What are motivational theories
Need is the biggest motivation! It is one of the simplest yet the hardest sentence to comprehend. If people relate this sentence to their lives, they will understand that they always felt motivated when they got clarity on the need and reward of completing the task. To further explain in the context of the corporate world, let us look at a hypothetical example of an employer who wants to upskill his or her employees' soft skills. The biggest motivation, in this case, will be to upskill employees and to accomplish that, the employer will need to organize various mentoring and training sessions. As a result, the need for employee upskilling motivated them to provide a variety of soft skills training sessions. As a result, as previously said, the need is the most powerful motivator in a person's life.
Table of Contents
- What are motivational theories
- List of 10 Motivational Theories
Many well-known personalities devised their theories to motivate those around them. These theories addressed a variety of factors that contribute to a person's ability to perform better and more efficiently. In the area of management, multiple motivational theories provide managers with insight into what can encourage employees to give their best to the organization's progress. Employees who are inspired are more productive and engaged, which contributes to the organization's overall effectiveness and growth. Besides, leadership theories facilitate motivational theories in the workplace to produce great outcomes.
Hence, while probing further in this article, we will discuss key motivational theories that can assist employers in motivating employees and enhancing the growth of the company.
An elaborative list of Motivational Theories in management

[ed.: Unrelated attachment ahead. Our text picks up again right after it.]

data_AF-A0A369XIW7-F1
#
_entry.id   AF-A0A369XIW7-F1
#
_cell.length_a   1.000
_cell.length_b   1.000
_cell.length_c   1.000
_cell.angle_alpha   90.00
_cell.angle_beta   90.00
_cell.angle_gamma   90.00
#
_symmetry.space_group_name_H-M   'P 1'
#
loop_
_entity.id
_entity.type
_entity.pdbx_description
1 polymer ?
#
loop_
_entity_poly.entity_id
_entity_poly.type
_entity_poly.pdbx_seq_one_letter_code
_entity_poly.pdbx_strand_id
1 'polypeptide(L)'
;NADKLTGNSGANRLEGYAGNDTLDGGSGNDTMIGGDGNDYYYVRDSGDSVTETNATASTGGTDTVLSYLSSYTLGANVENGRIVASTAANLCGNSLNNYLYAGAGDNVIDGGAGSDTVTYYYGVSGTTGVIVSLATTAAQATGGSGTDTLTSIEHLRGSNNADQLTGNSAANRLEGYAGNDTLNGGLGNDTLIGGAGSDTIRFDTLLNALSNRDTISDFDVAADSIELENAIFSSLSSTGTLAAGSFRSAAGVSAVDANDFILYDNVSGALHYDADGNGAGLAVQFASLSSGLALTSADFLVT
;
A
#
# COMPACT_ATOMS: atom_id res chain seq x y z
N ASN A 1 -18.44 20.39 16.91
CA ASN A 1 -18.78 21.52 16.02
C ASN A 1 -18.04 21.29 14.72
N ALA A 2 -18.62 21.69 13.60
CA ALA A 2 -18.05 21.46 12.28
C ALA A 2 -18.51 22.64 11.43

This article puts forth an elaborative description of Maslow’s Hierarchy of Needs along with its importance, limitations, and implementation in a workplace. Furthermore, a real-life example is also presented for better comprehension.
Herzberg’s Motivation-Hygiene theory is a widely used motivation theory in a workplace that argues that there are two categories of factors, motivators and hygiene factors that decide the behavior of employees in a work environment. This article covers the theory’s significance, implementation, and limitation along with a real-life example of a company implementing the theory in their workplace.
This article features an effective comprehension of McGregor’s Theories X and Y. Furthermore, this article covers the importance, limitations, and implementation of the theory in the contemporary workplace. Along with this, this article also covers a real-life example of a company implementing this theory in the workplace.
Alderfer’s ERG theory is another version of Maslow's Hierarchy of Needs Theory. This article presents a detailed a meticulous elaboration of the theory along with a real-life example. Furthermore, this article also confers the limitations and implementation of the theory in the workplace.
Porter and Lawler's Expectancy Theory is another prominent motivation theory that states a clear relationship between the satisfaction and performance of individuals. Furthermore, this article discloses the implementation of the theory along with its importance and limitations.
McClelland’s Achievement Motivation Theory describes the importance of three key drivers of human motivation in a workplace. This article confers detailed information on the theory along with its significance, implementation, limitations, and an exemplification of the theory in a workplace.
Vroom's expectancy theory was developed by Victor Vroom in 1964 explaining a clear relationship between three variables that affect the performance and motivation of the employees. This article presents a detailed description of the theory along with its significance, limitations, implementation, and an example of implementation in a workplace.
The Equity Theory presented by John Stacy Adams explains the importance of the right balance of input and output that is need to be maintained by the employer in order to keep the employees motivated. This article deals with the detailed presentation of the theory along with the significance, limitation, and implementation.
Value Percept Theory is one of the most prominent theories of the contemporary world that was developed by Locke in 1976. This column deals with the meticulous elaboration of the theory along with its significance, limitations, implementation, and an example of implementing the theory in a workplace.
Theory Z was developed by William Ouchi and was presented in his book “Theory Z: How American Companies Can Meet Japanese Challenge” in 1981. This article confers a detailed elaboration of the theory along with its importance, drawbacks, and an example of the implementation for better comprehension.